The social network has warned some of its users of the chance for state-sponsored hackers accessing their data.
Twitter has now released an alert for some of the users of its social network, cautioning them of a certain online and mobile security issue that may have involved state-sponsored hackers attempting to access sensitive data from within their accounts.
This is the first time the company has issued this type of warning to any of its users.
Within the mobile security and online privacy notice, it indicated that as of that time, there had not been any indication that would suggest that the hackers had actually managed to access any of the sensitive information from within a “small group of accounts” that had been targeted during the attempts. That said, the letter didn’t provide any more information about the attack, nor did it suggest any potential suspects that were being sought as a part of the company’s investigation into this issue.
This mobile security and privacy notice is only the latest among several data breach concerns from state-sponsored organizations.
Twitter is far from alone in the threat it has faced by way of cyberattacks. Many companies, government agencies and media outlets have all seen their fair share of data breaches from hackers. Several news sites have now been reporting on the warning that Twitter has issued. Among them, one was actually a recipient of the notice. It was a company called Coldhak, which is a nonprofit organization based in Winnipeg, Canada.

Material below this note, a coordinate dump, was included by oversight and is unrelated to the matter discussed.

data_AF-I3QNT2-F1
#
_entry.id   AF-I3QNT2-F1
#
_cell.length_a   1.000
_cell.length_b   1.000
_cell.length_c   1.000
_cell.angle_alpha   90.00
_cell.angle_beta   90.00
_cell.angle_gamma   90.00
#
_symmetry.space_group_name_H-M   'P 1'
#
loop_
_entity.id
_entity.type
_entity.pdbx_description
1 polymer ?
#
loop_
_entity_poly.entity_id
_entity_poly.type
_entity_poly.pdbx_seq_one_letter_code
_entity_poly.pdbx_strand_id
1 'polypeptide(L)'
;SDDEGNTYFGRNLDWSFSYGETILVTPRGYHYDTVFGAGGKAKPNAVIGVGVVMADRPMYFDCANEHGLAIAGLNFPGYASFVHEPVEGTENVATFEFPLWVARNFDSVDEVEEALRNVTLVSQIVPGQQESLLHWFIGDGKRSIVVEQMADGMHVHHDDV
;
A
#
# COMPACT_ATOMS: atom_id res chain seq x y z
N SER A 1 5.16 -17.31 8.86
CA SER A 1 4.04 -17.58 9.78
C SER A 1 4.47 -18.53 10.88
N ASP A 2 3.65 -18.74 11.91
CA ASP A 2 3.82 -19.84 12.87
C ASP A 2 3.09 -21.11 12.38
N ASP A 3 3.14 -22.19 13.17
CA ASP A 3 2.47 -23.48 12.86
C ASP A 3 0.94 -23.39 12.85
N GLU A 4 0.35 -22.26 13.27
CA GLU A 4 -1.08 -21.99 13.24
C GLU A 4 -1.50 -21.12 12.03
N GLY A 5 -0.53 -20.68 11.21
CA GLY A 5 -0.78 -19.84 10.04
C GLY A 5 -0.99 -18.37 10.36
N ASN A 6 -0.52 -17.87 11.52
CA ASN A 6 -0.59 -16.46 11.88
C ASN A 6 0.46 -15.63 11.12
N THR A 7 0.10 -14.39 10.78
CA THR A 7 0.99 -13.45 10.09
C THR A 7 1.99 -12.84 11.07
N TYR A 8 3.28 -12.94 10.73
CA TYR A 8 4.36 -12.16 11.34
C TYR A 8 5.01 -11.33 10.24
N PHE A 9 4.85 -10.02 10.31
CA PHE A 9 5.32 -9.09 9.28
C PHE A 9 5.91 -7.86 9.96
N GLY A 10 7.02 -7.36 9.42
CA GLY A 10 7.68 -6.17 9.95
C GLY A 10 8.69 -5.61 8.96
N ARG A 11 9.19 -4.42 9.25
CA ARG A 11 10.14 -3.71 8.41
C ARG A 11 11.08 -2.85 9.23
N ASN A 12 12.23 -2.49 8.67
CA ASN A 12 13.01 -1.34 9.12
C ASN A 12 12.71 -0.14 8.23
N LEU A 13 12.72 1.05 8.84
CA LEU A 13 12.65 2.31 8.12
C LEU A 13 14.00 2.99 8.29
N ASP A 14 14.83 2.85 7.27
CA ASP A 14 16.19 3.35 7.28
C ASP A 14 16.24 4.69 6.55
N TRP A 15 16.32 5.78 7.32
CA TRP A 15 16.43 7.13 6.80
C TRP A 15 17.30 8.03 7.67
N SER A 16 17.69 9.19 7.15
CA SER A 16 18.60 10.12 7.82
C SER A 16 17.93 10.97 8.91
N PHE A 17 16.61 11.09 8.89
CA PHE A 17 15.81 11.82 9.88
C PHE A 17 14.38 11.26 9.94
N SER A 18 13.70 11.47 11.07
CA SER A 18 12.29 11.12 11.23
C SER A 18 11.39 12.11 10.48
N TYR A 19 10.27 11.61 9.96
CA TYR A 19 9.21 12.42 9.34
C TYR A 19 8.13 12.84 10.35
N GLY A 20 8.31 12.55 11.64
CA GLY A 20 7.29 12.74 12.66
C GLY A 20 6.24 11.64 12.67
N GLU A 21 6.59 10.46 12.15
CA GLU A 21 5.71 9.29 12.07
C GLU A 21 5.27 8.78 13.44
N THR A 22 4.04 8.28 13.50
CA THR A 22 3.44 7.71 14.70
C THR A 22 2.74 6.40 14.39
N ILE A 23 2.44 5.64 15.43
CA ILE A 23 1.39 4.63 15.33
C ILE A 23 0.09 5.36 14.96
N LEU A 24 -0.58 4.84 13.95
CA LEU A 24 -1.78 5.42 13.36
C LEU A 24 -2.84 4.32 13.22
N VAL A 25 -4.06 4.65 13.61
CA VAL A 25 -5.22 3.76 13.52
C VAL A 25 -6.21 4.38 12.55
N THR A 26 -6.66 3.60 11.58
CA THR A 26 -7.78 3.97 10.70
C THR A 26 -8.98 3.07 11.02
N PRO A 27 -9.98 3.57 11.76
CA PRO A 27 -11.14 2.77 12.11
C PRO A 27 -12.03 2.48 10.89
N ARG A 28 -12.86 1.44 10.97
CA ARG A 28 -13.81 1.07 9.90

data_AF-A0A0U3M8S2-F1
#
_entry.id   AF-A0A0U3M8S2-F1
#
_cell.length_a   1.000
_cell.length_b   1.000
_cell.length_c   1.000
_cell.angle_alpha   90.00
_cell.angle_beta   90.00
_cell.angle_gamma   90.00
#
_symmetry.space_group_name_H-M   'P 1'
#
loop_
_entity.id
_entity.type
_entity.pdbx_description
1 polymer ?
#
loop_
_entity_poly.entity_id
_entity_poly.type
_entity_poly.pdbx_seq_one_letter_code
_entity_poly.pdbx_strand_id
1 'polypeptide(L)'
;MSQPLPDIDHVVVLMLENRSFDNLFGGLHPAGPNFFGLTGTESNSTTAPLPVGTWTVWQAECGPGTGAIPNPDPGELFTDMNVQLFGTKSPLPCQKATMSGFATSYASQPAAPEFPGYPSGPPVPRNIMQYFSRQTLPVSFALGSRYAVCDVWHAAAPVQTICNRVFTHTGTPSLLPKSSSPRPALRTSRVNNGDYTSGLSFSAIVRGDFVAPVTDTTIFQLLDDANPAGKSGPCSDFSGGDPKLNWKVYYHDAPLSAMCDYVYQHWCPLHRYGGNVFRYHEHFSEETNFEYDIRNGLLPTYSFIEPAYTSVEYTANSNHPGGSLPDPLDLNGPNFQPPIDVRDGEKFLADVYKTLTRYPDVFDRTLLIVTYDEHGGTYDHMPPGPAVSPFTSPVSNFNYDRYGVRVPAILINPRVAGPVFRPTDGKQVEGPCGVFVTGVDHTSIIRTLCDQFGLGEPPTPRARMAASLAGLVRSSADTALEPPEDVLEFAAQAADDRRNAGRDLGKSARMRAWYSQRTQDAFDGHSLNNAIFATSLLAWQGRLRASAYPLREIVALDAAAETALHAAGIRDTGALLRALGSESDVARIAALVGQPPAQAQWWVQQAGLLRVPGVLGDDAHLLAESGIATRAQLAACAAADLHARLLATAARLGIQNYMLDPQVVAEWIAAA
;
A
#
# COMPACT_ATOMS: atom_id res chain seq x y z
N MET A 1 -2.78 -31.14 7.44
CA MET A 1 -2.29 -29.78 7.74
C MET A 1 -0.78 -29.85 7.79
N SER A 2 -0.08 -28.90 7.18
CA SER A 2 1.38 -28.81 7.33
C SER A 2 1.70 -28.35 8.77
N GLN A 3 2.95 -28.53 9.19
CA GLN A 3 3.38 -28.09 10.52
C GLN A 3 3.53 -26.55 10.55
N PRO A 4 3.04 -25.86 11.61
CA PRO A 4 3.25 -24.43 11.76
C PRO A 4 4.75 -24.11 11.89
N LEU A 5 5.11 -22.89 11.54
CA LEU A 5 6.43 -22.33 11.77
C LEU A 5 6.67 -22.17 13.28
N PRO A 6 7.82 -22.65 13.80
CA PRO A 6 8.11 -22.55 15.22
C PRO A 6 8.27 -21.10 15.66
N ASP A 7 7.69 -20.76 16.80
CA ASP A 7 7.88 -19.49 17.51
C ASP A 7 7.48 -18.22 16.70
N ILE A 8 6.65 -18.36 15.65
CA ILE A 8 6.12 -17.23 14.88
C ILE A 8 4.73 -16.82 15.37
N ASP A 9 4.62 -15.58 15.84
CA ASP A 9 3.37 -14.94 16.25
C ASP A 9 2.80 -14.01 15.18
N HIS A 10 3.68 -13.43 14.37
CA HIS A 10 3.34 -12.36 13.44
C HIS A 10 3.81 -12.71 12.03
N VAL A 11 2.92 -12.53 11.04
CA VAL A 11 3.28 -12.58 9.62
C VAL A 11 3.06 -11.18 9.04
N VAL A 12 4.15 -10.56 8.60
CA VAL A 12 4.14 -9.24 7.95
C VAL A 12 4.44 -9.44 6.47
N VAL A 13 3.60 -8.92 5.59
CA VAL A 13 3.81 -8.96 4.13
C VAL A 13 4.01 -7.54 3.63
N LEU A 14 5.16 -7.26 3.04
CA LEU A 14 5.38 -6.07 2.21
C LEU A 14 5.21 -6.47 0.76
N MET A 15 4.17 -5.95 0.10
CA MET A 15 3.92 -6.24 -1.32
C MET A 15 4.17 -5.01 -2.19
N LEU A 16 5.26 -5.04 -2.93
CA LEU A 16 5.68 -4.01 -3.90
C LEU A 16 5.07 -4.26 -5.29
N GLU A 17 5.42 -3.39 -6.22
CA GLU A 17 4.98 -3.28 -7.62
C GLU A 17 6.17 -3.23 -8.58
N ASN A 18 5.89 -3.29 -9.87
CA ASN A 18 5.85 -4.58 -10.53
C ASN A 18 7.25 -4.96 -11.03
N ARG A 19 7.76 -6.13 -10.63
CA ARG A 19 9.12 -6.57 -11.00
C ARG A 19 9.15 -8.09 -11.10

That company’s notice explained that the cyber attackers could potentially have been seeking to breach mobile security or online privacy barriers in order to gain access to information such as IP addresses, email addresses and/or telephone numbers. That organization’s own Twitter account (@coldhakca) has since retweeted a several reports from other people who have also claimed to have received the notification from Twitter.
Neither Coldhak nor any of the other users have given any indication as to why they may have been targeted for this type of cyberattack. One of the directors of the nonprofit, Colin Childs, said that despite having received the notice from Twitter, his organization has detected “no noticeable impact of this attack.” Facebook and Google have also issued their own versions of notifications to let users know when state-sponsored attacks have targeted their accounts.